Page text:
32    5.85K    499M    116M    122M     238K   17.9G   4.64G   4.86G
        64    1.28K   43.7M   20.0M   21.0M     115K   3.74G   1.69G   1.79G
       128    2.60K   50.2M   20.0M   22.0M     501K   9.22G   3.62G   3.99G
       256      526   6.61M   3.18M   3.62M     163K   1.94G    946M   1.06G
       512      265   3.25M   2.02M   2.19M     203K   2.67G   1.72G   1.86G
        1K      134   1.41M    628K    720K     185K   2.13G    912M   1.02G
        2K       75   1.16M    188K    244K     222K   3.37G    550M    716M
        4K       51    127K   85.5K    125K     254K    657M    450M    650M
        8K        2      1K      1K   2.46K    26.7K   13.3M   13.3M   32.8M
       16K        1     512     512   1.94K    31.3K   15.6M   15.6M   60.7M
     Total    6.15M    732G    574G    576G    9.38M    920G    708G    712G
    dedup = 1.24, compress = 1.30, copies = 1.01, dedup * compress / copies = 1.60
  3. Supposed Test: Basically, just guess. It's by far the least accurate of our testing, but you might understand your data better than you think. For example, is this 10TB server going to be a Debian or RPM package repository? If so, the data is likely highly duplicated, and you could probably get close to 3:1 savings, or better. Maybe this server will store a lot of virtual machine images, in which case the base operating system will be greatly duplicated. Again, your ratios could be very high as a result. But, you know what you are planning on storing, and what to expect.

Now you'll have a deduplication ratio number. In my case, it's 1.24:1. This number will help us "oversubscribe" our storage. In order to determine how much disk to purchase, our equation should be:

Savings = Need - (Need / Ratio)

With my ratio of 1.24:1, which is running about a dozen virtual machines, rather than purchasing the full 10TB of disk, we really only need to purchase 8TB of disk. This is a realistic expectation. So, I can save purchasing 2TB worth of storage for this setup. The question then becomes whether or not those savings are worth it.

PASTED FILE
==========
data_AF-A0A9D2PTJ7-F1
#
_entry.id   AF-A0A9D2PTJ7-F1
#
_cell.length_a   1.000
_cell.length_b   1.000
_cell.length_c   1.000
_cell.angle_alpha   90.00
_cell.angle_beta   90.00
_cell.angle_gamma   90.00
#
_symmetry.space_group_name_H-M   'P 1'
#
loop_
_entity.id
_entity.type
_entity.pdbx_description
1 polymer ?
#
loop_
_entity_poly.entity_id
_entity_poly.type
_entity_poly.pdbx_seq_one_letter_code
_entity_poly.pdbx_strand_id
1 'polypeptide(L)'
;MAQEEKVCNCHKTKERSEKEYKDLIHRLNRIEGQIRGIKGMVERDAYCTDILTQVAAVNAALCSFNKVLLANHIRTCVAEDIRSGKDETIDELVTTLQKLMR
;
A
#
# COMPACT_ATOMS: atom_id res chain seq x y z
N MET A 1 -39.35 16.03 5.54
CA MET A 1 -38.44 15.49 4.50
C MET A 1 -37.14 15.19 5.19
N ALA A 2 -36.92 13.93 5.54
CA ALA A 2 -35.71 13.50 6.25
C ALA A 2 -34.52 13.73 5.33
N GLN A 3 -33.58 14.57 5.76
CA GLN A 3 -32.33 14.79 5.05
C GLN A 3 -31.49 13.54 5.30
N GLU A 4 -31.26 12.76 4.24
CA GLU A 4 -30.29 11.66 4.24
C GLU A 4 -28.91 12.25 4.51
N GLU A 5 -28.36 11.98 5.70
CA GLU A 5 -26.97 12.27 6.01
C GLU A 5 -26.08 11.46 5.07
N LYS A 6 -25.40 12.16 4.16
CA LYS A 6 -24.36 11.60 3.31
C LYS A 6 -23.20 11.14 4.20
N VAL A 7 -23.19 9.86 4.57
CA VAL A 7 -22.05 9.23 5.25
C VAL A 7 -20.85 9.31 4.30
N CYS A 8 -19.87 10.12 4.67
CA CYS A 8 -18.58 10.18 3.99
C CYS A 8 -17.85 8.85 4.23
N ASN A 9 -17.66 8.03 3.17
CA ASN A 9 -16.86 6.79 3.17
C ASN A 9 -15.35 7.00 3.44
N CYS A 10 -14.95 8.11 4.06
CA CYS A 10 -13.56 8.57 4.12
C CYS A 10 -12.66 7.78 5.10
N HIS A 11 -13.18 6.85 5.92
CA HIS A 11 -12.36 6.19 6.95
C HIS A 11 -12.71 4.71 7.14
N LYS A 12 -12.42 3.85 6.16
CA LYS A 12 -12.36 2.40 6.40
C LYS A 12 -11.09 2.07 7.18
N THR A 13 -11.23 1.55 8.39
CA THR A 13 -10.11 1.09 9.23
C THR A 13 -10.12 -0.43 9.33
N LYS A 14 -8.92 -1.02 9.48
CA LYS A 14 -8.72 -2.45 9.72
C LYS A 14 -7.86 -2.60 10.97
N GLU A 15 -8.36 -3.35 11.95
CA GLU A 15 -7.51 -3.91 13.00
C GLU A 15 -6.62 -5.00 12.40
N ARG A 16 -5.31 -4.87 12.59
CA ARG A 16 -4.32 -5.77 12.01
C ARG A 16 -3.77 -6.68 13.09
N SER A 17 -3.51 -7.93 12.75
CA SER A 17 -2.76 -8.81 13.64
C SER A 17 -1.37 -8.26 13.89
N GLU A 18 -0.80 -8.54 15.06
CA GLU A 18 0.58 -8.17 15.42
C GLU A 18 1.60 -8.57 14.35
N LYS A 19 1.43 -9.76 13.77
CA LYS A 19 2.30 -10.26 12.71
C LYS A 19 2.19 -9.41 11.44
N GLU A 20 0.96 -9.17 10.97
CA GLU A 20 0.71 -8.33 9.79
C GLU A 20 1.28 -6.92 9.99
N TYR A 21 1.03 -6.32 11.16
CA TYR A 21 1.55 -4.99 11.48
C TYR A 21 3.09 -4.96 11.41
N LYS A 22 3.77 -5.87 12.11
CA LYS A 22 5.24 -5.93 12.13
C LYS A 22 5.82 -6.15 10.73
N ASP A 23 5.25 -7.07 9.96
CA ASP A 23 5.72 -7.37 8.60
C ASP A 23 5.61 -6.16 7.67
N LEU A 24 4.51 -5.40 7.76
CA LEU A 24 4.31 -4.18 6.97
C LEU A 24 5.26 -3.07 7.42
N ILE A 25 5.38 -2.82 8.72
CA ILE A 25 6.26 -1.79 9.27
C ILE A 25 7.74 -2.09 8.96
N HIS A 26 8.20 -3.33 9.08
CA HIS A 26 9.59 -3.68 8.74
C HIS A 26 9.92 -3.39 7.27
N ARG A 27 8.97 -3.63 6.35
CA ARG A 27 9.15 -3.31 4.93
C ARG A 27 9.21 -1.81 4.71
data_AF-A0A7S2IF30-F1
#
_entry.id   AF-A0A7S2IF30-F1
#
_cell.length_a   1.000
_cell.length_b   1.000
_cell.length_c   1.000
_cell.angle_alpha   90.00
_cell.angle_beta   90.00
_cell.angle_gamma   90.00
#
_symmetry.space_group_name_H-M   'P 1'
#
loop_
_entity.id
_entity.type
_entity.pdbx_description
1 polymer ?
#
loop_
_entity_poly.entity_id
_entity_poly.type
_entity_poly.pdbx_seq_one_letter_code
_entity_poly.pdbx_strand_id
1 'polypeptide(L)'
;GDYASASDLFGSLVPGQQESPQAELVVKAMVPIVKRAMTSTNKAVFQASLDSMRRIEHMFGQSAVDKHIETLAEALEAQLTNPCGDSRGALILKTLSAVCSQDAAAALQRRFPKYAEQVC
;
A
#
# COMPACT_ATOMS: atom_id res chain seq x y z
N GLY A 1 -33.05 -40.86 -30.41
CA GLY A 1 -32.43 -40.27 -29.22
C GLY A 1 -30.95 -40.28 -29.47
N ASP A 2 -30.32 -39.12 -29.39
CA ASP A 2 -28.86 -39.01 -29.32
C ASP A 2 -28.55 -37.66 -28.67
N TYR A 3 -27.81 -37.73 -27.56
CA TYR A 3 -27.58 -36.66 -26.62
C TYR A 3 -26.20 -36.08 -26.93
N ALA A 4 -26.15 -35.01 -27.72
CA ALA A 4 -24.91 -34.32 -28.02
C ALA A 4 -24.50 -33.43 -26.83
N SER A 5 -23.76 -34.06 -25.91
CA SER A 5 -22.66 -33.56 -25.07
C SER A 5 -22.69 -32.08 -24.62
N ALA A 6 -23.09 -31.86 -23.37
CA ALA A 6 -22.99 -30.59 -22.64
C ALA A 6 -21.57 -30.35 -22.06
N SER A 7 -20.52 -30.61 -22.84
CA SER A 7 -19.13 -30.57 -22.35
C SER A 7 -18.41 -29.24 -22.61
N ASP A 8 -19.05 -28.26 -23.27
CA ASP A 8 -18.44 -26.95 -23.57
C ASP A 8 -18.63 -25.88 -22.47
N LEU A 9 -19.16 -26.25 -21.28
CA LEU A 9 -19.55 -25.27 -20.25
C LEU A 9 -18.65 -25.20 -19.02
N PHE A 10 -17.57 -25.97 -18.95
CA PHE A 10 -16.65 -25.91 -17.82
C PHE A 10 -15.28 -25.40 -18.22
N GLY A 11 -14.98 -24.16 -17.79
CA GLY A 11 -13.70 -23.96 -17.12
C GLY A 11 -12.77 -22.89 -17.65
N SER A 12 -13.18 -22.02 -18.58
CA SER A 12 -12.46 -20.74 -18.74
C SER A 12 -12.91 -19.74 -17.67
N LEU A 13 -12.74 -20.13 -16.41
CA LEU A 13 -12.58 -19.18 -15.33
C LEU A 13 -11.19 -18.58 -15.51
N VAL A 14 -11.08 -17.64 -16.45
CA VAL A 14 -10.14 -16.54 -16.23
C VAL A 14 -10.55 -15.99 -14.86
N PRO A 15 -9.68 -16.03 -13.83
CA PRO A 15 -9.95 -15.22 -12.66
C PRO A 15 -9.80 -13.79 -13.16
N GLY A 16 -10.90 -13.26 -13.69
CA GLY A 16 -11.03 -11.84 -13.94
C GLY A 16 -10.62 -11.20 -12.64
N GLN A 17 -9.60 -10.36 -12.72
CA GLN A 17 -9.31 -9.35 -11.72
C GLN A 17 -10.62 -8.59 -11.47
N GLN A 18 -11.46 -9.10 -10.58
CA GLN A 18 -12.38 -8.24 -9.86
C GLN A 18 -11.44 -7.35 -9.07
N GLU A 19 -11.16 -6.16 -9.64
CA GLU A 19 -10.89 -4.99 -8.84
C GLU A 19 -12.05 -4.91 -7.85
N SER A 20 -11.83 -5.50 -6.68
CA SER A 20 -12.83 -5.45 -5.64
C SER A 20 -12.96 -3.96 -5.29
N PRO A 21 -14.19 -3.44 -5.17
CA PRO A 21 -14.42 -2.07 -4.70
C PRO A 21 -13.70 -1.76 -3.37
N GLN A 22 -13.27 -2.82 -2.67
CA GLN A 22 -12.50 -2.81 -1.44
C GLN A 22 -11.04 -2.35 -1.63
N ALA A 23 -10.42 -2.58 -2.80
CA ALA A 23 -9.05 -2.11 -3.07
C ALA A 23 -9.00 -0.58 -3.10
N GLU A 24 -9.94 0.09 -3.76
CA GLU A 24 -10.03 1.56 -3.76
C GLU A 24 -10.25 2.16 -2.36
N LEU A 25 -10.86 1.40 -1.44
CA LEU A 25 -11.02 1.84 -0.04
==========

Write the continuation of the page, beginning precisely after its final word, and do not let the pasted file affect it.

Determining RAM Needs

Ok, now that we know how much disk to purchase, we now need to determine how much RAM to purchase. Already, we know that the deduplication table (DDT) will occupy no more than 25% of installed RAM, by default. This is adjustable with the kernel module, but we'll stick with default for this post. So, we just need to determine how large that 25% is, so we can understand exactly how much RAM will be needed to safely store the ARC without spilling over to spinning platter disk. In order to get a handle on this metric, we have two options:

  1. Counting Blocks: With the "zdb -b" command, you can count the number of currently used blocks in your pool. As with the "zdb -S" command, this will stress your pool, but it will give you the most accurate picture of what to expect with a deduplication table. Below is an actual counting of block on my production servers:
    # zdb -b pool
    Traversing all blocks to verify nothing leaked ...
            No leaks (block sum matches space maps exactly)
            bp count:        11975124